....given by Paul Greenberg, one of my favorites. And it also appears that the man who didn't risk a confrontation with a man 30 years older is also out of coaching.  I wish Mr. McQueary well as he repents from a grievous sin here.

And, given that it's estimated that 3% of adult men have sexually abused a minor, it's my prayer that more people stand up to abusers and talk to the police.  Do some math;100 D1-A football programs with ten coaches apiece, and up to 3% of them have a horrible secret.  Maybe others have some talking to do.  It sure beats drinking one's sorrows away at not standing up to protect a child.

Saturday, November 12, 2011

Hybrid brilliance

Evidently, as any good EE would tell you, there has been a problem with the Chevy Volt in crash testing; the battery caught fire, which is something you can expect of any battery holding a lot of energy when it gets shorted out.  The trouble, of course, is that there are a lot more batteries in the Volt, holding a lot more energy per pound, than in ordinary cars.

So not only is the Volt a technological boondoggle, its powertrain is a major hazard, too.  And as luck would have it, it's still got a gas tank to incinerate you after the battery ignites.  Maybe it's time to leave the car engineering to...say....carmakers and others who understand engineering tradeoffs, eh?

Almost good enough

It's a good thing that Big Red beat Penn State today (sorry Pentamom), but it's a shame that the Huskers didn't win 55-0 and get the coach who failed to stop a horrendous crime fired.

That said, knowing the level of corruption in sport today, I'm waiting for the other shoe to drop on some other programs as someone who has seen some barbarity decides to speak up to the police.  For the sake of little ones, I hope that whoever it is does so soon.

Monday, November 07, 2011

Another "triumph" of regulation

Probably like many parents with newer homes, I've been getting better at patching sheetrock because of the weird doorknobs that are in my home.  The kids open the door, not knowing their strength, and no matter how well I set the door stops, the hole in the sheetrock grows.  So I went to the hardware store, and asked if they had any old style doorknobs that didn't have the lock tab protruding, but rather locked simply as you press the doorknob towards the door and rotate it.

No luck, and Charlie--the owner--told me that it was supposed to make life easier for people with disabilities because the old doorknobs needed two actions to lock it instead of one.  He also noted that he was selling a lot more spackle than he used to, for obvious reasons.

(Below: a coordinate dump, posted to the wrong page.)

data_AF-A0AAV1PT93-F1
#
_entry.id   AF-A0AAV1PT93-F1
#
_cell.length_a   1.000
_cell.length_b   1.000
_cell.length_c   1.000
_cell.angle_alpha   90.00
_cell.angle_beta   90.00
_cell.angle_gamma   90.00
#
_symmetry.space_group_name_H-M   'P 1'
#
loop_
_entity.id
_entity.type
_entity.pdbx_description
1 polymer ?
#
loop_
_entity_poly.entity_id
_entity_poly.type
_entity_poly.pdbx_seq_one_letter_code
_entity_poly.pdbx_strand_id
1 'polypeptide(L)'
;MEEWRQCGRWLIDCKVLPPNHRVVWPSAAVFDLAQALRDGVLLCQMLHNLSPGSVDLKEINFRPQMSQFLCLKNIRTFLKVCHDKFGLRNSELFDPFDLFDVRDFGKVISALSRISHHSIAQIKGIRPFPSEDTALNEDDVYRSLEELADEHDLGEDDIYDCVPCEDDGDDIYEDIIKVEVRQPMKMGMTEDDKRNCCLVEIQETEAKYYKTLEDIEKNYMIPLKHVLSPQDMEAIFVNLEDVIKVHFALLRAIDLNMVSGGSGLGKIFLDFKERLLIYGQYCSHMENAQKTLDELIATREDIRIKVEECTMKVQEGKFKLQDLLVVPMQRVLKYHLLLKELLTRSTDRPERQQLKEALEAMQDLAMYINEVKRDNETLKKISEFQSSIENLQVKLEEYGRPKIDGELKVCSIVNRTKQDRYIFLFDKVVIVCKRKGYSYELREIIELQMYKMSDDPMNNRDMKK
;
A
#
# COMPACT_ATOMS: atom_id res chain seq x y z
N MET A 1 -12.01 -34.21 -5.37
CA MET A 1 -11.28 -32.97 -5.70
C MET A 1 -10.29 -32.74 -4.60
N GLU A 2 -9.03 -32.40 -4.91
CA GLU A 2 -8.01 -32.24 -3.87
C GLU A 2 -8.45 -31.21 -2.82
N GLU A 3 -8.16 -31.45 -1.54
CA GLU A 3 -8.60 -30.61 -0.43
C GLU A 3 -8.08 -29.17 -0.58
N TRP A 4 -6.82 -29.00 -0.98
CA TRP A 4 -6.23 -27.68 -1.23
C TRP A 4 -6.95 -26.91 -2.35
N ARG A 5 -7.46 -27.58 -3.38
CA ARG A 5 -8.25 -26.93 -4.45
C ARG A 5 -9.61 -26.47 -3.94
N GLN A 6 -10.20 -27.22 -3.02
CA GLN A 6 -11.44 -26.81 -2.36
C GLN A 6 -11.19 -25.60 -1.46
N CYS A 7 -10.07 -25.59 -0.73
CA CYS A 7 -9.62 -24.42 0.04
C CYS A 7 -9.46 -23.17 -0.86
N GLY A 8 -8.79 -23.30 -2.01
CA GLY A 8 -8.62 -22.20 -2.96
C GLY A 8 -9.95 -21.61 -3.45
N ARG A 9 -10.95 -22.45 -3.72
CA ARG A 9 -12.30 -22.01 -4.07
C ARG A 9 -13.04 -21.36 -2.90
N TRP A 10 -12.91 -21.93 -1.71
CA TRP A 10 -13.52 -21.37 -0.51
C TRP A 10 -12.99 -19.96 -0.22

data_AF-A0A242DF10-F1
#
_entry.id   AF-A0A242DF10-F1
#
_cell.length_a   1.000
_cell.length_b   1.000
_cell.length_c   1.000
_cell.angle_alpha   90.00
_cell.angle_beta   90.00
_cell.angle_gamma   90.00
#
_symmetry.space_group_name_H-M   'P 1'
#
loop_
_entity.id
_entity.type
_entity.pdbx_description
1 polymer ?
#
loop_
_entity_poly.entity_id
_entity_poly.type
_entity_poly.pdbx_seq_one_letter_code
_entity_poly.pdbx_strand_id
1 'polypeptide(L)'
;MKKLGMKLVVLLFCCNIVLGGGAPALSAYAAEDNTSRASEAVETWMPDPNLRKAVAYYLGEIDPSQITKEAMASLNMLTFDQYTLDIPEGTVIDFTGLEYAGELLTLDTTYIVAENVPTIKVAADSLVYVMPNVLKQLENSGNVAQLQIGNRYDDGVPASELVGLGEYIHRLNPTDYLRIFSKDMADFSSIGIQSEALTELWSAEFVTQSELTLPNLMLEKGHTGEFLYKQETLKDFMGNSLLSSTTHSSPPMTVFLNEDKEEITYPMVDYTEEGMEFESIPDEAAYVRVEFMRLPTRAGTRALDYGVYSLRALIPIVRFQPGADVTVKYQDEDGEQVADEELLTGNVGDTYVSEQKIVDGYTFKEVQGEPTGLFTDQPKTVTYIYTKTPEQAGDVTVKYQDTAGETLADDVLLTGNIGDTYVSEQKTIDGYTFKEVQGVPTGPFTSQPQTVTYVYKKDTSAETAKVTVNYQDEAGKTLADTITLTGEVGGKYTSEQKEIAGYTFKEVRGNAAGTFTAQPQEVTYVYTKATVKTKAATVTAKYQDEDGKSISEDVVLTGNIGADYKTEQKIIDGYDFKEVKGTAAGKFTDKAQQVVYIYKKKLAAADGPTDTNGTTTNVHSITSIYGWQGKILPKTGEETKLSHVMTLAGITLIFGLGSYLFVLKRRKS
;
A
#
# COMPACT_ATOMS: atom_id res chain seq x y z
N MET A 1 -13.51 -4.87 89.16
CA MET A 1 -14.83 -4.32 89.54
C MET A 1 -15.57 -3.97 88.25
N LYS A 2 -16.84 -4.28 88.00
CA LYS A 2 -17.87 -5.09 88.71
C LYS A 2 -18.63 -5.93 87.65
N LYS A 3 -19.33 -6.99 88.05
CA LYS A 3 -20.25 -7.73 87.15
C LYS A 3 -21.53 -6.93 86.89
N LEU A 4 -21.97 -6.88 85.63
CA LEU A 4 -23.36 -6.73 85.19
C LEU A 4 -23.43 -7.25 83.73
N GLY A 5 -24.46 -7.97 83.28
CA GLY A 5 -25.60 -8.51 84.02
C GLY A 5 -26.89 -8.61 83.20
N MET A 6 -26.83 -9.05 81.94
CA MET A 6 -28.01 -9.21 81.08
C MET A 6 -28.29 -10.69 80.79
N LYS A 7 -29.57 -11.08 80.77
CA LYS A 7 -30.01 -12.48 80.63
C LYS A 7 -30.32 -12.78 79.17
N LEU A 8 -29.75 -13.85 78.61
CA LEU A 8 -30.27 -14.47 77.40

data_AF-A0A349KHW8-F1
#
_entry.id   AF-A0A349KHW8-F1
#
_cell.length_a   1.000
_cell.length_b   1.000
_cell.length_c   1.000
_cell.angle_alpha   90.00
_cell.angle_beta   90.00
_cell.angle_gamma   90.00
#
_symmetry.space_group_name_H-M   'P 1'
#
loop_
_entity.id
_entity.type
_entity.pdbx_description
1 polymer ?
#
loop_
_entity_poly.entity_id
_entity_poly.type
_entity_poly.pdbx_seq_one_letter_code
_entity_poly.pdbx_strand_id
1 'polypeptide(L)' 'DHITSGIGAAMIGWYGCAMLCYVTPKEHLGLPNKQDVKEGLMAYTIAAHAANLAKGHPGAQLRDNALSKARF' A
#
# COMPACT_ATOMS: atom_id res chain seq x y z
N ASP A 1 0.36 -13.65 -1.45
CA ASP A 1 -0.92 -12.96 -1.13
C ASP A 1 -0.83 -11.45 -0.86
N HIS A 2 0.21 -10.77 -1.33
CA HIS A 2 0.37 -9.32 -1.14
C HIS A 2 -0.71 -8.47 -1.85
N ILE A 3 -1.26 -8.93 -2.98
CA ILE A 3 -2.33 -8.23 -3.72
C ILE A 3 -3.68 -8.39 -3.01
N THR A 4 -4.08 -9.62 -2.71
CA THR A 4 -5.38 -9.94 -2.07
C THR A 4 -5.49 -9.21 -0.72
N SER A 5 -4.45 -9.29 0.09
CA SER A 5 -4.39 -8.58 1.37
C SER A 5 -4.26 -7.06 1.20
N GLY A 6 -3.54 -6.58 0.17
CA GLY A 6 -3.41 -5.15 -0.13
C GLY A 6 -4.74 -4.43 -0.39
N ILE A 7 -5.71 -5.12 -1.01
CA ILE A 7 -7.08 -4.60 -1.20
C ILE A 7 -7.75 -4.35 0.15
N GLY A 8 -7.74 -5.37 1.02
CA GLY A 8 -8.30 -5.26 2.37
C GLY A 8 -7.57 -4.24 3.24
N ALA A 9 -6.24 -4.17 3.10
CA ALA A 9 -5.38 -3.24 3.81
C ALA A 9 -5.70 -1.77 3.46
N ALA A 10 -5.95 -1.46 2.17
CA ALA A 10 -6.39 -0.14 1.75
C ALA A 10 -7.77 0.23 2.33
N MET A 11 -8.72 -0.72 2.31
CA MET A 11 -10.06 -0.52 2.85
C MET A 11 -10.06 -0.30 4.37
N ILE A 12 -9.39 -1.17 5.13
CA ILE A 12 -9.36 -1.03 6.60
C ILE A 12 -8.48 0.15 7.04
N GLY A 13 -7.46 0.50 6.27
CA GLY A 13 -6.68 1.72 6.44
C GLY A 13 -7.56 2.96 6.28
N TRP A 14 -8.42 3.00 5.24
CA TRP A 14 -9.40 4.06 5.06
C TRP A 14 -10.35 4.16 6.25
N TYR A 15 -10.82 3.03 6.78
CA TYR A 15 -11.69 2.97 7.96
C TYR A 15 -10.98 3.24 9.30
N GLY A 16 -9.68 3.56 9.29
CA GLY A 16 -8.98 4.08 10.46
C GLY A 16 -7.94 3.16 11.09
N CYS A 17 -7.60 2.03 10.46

So when I went home, I tried out my fancy new OSHA and Americans with Disabilities Act approved doorknobs.  Press, and turn, just like the old ones, and the "benefit" for the disabled appears to be that instead of being able to use your palm or your fingers to work the old ones, you now need to use your fingers to unlock or lock your bathroom door.

I'm sure the arthritis sufferers of the world appreciate it a lot, and if they could only get their hands into that position, would be giving our government the appropriate, one finger salute for their help.  Along with every father who's patched the wall for the tenth time because of those fool things.  

The fix, for what it's worth, are little round things that glue right where the doorknob will hit the wall--some of them even featuring an indent just the size of the lock tab.  I'll be sending the government a bill for this one....

Wednesday, November 02, 2011

When in Seattle.... might do well to avoid Dr. Guillotine and anyone named Robespierre.  Apparently the "Occupy Wall Street" protesters are starting to act like they're taking part in the French Revolution.  Let me eat brioche, but we'll do it here in Minnesota, thank you very much. And away from the Jacobins in Minneapolis, of course.

Alternatively, my friend Mark would tell me that the reign of terror started years ago in Seattle when Bill Gates more or less stole the visible parts of Apple's operating system without duplicating the magic inside.  But that's just a Mac-head talking, of course.   Who is also probably not in Seattle right now, either. 

Tuesday, November 01, 2011

Reformation Day fun

While I respect those who abstain from Halloween Reformation Day festivities because of the Druidic roots of Halloween, our family has found a bunch of ways to really enjoy the observance--especially here where it's a lot safer, and not like Detroit at all.

*  Four year old son's costume: dinosaur.  Dad's costume; Ken Ham, of course.
* Posting the 95 Theses on our door.  If people in our heavily Catholic town remembered history, we would have gotten some really dirty looks.  We didn't.
* Greeting "Trick or Treaters" with "Happy Reformation Day!", and getting blank stares.
* Daughter #2's costume: Little Bo Peep.  Daughter #4's costume: duh.
* Ruining about 100 kids in town for cheap chocolate by handing out Lindt and Ghirardelli chocolates.
* Turning off the front porch light when our stash ran out, and daughter #1 noticed that she was handing out candy to kids whose voices had changed.